Environmental pollution is a significant problem in many large cities around the world and anti-pollution skincare is a hot new trend coming out of Asia. A significant number of studies have examined the effects of pollution on the ageing of the skin and found some alarming results.
Pollutants are very diverse, from some airborne components such as Ozone or Nitrogen Dioxide to industrial residues such as polycyclic aromatic hydrocarbon and nanoparticles. The effect that these pollutants can have on the skin depends of course on the daily environmental exposure. This exposure will vary from location to location and between individuals. However, if you live in a large polluted city then it is very likely that your skin is being exposed to significant pollution every single day.
Effects of Pollution on the Skin
Researchers have found the following effects of pollution on the skin:
- Ozone in photochemical smog appears to speed up skin ageing, by depleting Vitamin E levels in the skin, interfering with wound-healing processes and causing oxidative stress.
- Skin exposed to pollution areas experiences a higher sebum secretion rate, when compared to non-polluted areas.
- There is a tendency of the cutaneous pH to decrease when exposed to pollution. One study found a higher a significantly higher amount of lactic acid in the skin in polluted areas compared to non-polluted areas.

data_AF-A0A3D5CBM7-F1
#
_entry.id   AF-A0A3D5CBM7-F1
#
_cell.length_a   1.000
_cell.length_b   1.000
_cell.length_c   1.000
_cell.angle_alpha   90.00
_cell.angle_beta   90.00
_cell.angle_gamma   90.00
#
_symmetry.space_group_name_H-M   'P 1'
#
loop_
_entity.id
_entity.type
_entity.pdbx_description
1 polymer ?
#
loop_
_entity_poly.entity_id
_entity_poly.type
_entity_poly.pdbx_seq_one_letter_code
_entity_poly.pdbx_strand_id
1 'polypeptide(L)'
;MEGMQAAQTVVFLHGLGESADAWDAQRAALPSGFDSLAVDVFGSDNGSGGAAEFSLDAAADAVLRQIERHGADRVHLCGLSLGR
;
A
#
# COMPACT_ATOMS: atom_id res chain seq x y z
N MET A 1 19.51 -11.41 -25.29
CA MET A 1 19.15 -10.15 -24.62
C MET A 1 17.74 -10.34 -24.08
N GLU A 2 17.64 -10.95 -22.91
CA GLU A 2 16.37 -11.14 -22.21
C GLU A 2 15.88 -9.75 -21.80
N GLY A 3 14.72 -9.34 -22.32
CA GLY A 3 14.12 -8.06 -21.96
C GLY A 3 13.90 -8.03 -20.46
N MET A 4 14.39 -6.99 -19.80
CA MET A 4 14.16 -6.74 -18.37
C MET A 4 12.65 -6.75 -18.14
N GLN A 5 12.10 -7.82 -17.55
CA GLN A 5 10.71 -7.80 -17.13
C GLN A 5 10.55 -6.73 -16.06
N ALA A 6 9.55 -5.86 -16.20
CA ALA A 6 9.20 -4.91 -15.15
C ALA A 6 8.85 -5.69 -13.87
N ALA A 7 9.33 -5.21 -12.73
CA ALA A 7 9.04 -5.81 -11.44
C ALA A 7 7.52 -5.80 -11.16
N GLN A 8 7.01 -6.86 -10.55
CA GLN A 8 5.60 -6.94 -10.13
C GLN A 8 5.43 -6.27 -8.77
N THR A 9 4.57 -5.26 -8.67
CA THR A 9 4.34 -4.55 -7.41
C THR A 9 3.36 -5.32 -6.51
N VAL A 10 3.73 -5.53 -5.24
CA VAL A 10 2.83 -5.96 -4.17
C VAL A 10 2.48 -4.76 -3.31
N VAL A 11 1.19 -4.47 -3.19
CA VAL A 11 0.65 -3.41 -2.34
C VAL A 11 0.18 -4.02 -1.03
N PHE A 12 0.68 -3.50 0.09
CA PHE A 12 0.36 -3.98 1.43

- Squalene and vitamin E are the main antioxidants at the surface of the skin. Squalene is decreased in polluted areas, as this antioxidant is mobilised to combat oxidative stress in the skin. Low values of both these two antioxidants is normally associated with dry skin which may be a side effect of pollution.
- Cholesterol in the skin is decreased when exposed to pollution.
Scientific studies into Pollution and Skin
Globally, studies have found a tendency to find more skin problems in the more polluted areas of the world. Research is still ongoing into the skin’s deep layers’ reactions to pollutants.
Skin Pollution Research in China
One study was undertaken during summer 2008 in two different districts of Shanghai, on 159 local residents: 79 subjects from Xu Jia Hui (a centre Shanghainese area), more exposed to pollution, and 80 subjects from Chong Ming, an agricultural region closely located north of Shanghai (<100 kms) and less exposed to pollution, according to official data. Researchers then measured various skin parameters, and feedback from volunteers was collected through a questionnaire.